- Paperback: 192 pages
- Publisher: Routledge; 1 edition (30 April 2007)
- Language: English
- ISBN-10: 0415254140
- ISBN-13: 978-0415254144
- Product Dimensions: 15.6 x 1.1 x 23.4 cm
- Average Customer Review: 2 customer reviews
- Amazon Bestsellers Rank: 2,184,735 in Books (See Top 100 in Books)
Wicca and the Christian Heritage Paperback – 30 Apr 2007
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'This is an exciting, interesting and original book, with a unique perspective on both modern witchcraft and modern Christianity.' - Ronald Hutton, University of Bristol, UK
What is Wicca? Is it witchcraft, Paganism, occultism, esotericism, magic, spirituality, mysticism, nature religion, secrecy, gnosis, the exotic or 'other'? Wicca has been defined by and explored within all these contexts over the past thirty years by anthropologists, sociologists and historians, but there has been a tendency to sublimate and negate the role of Christianity in Wicca's historical and contemporary contexts. Joanne Pearson 'prowls the borderlands of Christianity' to uncover the untold history of Wicca. Exploring the problematic nature of the Wiccan claim of marginality, it contains a groundbreaking analysis of themes in Christian traditions that are inherent in the development of contemporary Wicca. These focus on the accusations which have been levelled against Catholisicm, heterodoxy and witchcraft throughout history: ritual, deviant sexuality and magic.See all Product description
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However, quickly (in an academic sort of way) the text becomes imbued with the intrigue and mystery of the 'episcopanes vagantes' or wandering Bishops, as in a ripping-yarn-like-account they set about creating offshoots and unauthorized new lines of religious movements and churches.
The ensuing revealed history is fascinating as it presents the developments of their heterodox churches with increasingly less attachment to either the Protestant or the Catholic churches, the former regarding the latter as practitioners in witchery via their priest-craft of mass and transubstantiation etc, the Anglican church's endeavors to assert an apostasy direct from ancient Jerusalem via Joseph of Arimathea's mission to Glastonbury thus sidestepping the subsequent Papal Creed and Catholic church of Rome in favor of a more natural form of Christianity....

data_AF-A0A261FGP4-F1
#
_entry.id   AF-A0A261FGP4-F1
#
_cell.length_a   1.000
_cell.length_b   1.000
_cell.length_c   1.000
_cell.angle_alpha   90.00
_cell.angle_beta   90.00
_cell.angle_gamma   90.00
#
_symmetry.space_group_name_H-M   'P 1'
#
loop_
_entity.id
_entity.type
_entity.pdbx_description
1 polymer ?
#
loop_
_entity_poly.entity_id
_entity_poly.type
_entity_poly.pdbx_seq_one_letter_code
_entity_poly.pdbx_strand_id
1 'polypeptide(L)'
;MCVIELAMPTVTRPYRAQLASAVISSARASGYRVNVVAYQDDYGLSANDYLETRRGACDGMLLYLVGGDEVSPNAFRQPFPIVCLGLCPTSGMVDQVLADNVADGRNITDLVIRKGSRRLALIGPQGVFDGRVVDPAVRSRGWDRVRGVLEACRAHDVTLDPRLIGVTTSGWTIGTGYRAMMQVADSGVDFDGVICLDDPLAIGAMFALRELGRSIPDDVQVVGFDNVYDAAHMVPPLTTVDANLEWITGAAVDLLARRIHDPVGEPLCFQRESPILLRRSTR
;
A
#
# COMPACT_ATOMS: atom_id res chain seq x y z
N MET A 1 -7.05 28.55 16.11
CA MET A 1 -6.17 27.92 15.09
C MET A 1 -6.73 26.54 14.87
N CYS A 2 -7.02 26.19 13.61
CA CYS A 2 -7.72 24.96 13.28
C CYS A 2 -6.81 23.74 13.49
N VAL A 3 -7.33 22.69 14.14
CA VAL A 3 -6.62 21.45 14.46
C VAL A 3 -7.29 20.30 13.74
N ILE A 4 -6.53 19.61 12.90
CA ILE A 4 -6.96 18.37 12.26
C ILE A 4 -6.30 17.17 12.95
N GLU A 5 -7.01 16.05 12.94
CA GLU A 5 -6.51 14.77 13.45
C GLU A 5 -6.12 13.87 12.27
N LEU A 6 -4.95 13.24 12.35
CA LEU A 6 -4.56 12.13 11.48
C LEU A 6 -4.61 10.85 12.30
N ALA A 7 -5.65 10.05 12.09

The author then examines in some detail the definition of Ritual and its meanings within the old Catholic tradition, the new Anglican church (with its claim to older traditions than the Catholic), the Catholic v Protestant dichotomy between Ritual as The Spiritual Experience which transforms lives v Protestant prioritization of Understanding as the primary factor of a spiritual life.
Against this background, the new Wiccan claims to be ''The'' 'Old' Religon, their founders Christian associations, that for example Crowley was brought up among Brethren, that Gardeners involvement with Spiritualist churches, the interest in The Golden Dawn and the Rosicrucians, as well as claimed descent from the even older ones of Egyptian mystery religions, sets the pathway to consider Wicca in terms of its defining aspects of ritual and practice.
Ritual is revealingly portrayed across the diversity of traditions in addition to a thoughtful, non salacious handling of the aspect of sexual control, rebellion and practice across the diverse traditions.
Specifically the comparison of the Catholic medieval condemnation of witchcraft (comprised of unorthodox and elderly single women, herbalists, Jewish and other culturally excluded people and groups) the later comparison by Protestants of Catholics themselves with this same group based on their magical rituals, and the subsequent development of Wiccans and others who practice various forms of ritual, along with the lines of inception by which the latter have come to create their new/old traditions is fascinating.
Strongly Recommended for any who wish to 'Understand' the origins of the new/old traditions of Wicca and Paganism, but not essential for those who prioritize experiential spirituality over cognitive reconciliation.
Most helpful customer reviews on Amazon.com
The subject matter has much room for exploration, but this book fell pretty flat in doing it justice.